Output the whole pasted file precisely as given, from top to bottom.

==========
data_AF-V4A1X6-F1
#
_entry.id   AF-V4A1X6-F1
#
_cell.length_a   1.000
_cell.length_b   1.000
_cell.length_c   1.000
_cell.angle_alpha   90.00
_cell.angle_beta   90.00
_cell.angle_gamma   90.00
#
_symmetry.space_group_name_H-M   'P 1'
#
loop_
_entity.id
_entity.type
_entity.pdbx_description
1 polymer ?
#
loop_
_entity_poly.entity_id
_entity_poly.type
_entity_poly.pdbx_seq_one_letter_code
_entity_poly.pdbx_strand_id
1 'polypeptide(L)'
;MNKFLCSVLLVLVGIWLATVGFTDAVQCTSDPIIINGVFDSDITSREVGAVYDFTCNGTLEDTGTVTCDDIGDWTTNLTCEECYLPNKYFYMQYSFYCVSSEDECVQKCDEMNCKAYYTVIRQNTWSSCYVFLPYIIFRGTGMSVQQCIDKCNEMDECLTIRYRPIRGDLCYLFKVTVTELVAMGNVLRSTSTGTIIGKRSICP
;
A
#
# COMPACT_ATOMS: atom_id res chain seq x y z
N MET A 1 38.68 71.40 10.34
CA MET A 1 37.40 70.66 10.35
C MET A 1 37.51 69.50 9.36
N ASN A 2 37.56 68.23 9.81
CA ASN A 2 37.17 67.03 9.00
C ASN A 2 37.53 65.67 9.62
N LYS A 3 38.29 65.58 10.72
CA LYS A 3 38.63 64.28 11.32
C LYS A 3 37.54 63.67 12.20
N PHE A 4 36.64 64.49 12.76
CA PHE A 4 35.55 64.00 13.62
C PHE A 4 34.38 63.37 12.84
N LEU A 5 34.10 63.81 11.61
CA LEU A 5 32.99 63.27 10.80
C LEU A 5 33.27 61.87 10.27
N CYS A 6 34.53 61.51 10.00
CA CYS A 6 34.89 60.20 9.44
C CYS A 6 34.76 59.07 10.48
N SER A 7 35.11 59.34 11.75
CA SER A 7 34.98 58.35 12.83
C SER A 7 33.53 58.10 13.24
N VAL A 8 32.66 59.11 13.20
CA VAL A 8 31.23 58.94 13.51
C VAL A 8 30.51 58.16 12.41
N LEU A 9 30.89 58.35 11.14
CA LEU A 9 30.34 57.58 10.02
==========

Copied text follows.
data_AF-V4A1X6-F1
#
_entry.id   AF-V4A1X6-F1
#
_cell.length_a   1.000
_cell.length_b   1.000
_cell.length_c   1.000
_cell.angle_alpha   90.00
_cell.angle_beta   90.00
_cell.angle_gamma   90.00
#
_symmetry.space_group_name_H-M   'P 1'
#
loop_
_entity.id
_entity.type
_entity.pdbx_description
1 polymer ?
#
loop_
_entity_poly.entity_id
_entity_poly.type
_entity_poly.pdbx_seq_one_letter_code
_entity_poly.pdbx_strand_id
1 'polypeptide(L)'
;MNKFLCSVLLVLVGIWLATVGFTDAVQCTSDPIIINGVFDSDITSREVGAVYDFTCNGTLEDTGTVTCDDIGDWTTNLTCEECYLPNKYFYMQYSFYCVSSEDECVQKCDEMNCKAYYTVIRQNTWSSCYVFLPYIIFRGTGMSVQQCIDKCNEMDECLTIRYRPIRGDLCYLFKVTVTELVAMGNVLRSTSTGTIIGKRSICP
;
A
#
# COMPACT_ATOMS: atom_id res chain seq x y z
N MET A 1 38.68 71.40 10.34
CA MET A 1 37.40 70.66 10.35
C MET A 1 37.51 69.50 9.36
N ASN A 2 37.56 68.23 9.81
CA ASN A 2 37.17 67.03 9.00
C ASN A 2 37.53 65.67 9.62
N LYS A 3 38.29 65.58 10.72
CA LYS A 3 38.63 64.28 11.32
C LYS A 3 37.54 63.67 12.20
N PHE A 4 36.64 64.49 12.76
CA PHE A 4 35.55 64.00 13.62
C PHE A 4 34.38 63.37 12.84
N LEU A 5 34.10 63.81 11.61
CA LEU A 5 32.99 63.27 10.80
C LEU A 5 33.27 61.87 10.27
N CYS A 6 34.53 61.51 10.00
CA CYS A 6 34.89 60.20 9.44
C CYS A 6 34.76 59.07 10.48
N SER A 7 35.11 59.34 11.75
CA SER A 7 34.98 58.35 12.83
C SER A 7 33.53 58.10 13.24
N VAL A 8 32.66 59.11 13.20
CA VAL A 8 31.23 58.94 13.51
C VAL A 8 30.51 58.16 12.41
N LEU A 9 30.89 58.35 11.14
CA LEU A 9 30.34 57.58 10.02